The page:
You can build yourself a couple of small brooders that are 5 X 3 X 2 feet with the bottom raised 8 inches to a foot above ground level. The floor should be ¼ inch hardware cloth and the front 1 inch or smaller chicken wire. The back and both ends are covered with tin roofing or with 1 inch chicken wire covered by tin roofing.
Make a top that comes down even with the top of the frame and put enough tin on it to create a four way overhang (if used outside). Two sliding inter covers each 3 feet long X 2 feet 9 inches wide go between the top of the frame, sliding under or above the other inter-cover on strips of ¾ lumber or quarter round moldings nailed to the inside of the side frame top. This lets you open the whole top and prop it up with a stick or board, but nothing can get out or in when you are feeding and watering. You just slide the inter-cover you want to open back and your body will block any flighty chick’s or hen’s path to freedom.
Each inter cover can be slid either over or under the other creating a smaller top opening that flighty biddies or dang fool hens can’t bolt past when you least expect it. Now divide the brooder into two equal halves using 4X2 inch welded wire. This keeps the hen from the biddies food and side of the brooder because as sure as god makes little green apples the first thing she will do is overturn the food dish trying to scratch for her biddies, spilling their food through the hardware cloth and onto the ground. This division also gives you the option of covering the front ½ of the brooder (where the hen is) with tin, making an even drier and warmer place for her to hover her clutch. The baby chicks can go freely back and forth to be hovered or to get to the heat source and food you provide. If using a heat lamp divide the brooder with a curtain in the middle so the chicks can go through easily but all cold drafts can not.
Baby chicks do not need anything to eat for their first 48 to 72 hours of life. In fact it is a bad idea to feed them other than to put a saucer of chick grit or clean sand in the brooder (where the hen can’t reach it) so they can practice their pecking instinct. Feed the hen nothing but whole grain dent corn in a hanging feed cup for the first few days. Do put a chick fountain on the side opposite the hen, but only where she can barely reach it through the 2 X 4 welded wire. The hen’s feed cup can hang on the wire too.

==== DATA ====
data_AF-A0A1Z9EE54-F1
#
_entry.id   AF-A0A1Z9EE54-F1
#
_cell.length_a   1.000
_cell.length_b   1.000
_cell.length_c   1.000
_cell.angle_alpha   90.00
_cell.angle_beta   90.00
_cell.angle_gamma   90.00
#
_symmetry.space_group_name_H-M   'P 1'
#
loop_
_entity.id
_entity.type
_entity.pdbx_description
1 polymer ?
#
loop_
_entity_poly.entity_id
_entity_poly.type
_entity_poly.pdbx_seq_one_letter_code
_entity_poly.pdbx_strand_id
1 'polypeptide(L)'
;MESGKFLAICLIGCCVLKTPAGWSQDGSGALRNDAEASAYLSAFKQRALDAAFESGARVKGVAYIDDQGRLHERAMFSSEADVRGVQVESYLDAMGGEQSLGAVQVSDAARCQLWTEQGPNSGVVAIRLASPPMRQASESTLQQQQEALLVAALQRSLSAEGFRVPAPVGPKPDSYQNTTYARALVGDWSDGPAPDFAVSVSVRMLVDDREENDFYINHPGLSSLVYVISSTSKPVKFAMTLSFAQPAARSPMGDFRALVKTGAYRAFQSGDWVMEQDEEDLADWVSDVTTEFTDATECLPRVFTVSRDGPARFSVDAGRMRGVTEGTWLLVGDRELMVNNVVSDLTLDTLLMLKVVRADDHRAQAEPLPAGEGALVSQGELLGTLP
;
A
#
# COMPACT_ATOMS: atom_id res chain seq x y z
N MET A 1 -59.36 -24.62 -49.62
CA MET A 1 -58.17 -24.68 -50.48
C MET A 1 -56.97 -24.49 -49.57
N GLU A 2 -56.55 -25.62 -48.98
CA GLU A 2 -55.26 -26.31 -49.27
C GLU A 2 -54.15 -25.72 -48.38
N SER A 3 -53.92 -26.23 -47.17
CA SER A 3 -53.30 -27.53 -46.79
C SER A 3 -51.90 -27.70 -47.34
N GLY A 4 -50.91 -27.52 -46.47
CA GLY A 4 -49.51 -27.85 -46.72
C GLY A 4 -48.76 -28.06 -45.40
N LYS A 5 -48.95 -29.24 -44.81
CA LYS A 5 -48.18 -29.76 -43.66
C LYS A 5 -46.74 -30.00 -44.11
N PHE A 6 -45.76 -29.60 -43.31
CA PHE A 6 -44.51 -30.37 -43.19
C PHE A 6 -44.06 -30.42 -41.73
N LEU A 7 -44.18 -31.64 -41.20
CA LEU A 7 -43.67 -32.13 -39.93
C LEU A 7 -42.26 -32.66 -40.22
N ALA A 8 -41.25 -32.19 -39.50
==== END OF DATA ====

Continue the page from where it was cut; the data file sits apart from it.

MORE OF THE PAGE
After the chicks have been hatched at least 48 hours and are good and dry and alert, for their first feed nothing is better than a HARD boiled egg that has been finely crumbled, shell and all. If your using a hen don’t forget to put the egg crumbles where she can’t get to or spill them. The next day add some dry old fashion oat meal to the boiled egg, along with some good starter-grower. Don’t forget to put it where the hen can’t get to or spill it.
Buttermilk by itself, or non-fat dry milk mixed with sugar water is very good for new chicks. When they are no more than a week to ten days old you can start them on whole seeds but I first like to start them out on a few table spoonfuls of bird seed then a few days later switch to whole or horse oats to go along with their starter-grower. You can also start them on scratch feed now. Don’t forget the granite or marble mineral chick grit fed free choice at all times.
If using a hen and if you have the room as well as a safe chicken yard, you can fix a door in the chick side of the brooder pen to allow them to come and go during the day and then lock them up safe and sound for the night. This gives them a chance to get all the exercise and natural foods that a chicken needs. Also don’t forget that it will also allow them to pick up every internal parasite that all chickens are prey to so don’t forget to vaccinate and worm them on a regular schedule. Enjoy.
Oh yea. Rocks, marbles, or other rubble in the water fountain base is necessary at least for the first couple of weeks. Baby chicks don’t seem to know what water is and if left to their own devices they will go for a swim in their water fountain and either drown, get chilled, or contact pneumonia. I don’t really know for sure but chickens seem to recognize green water better than clean pure water. Some green food dye in the water fountian may keep a few chicks from going skinny dipping.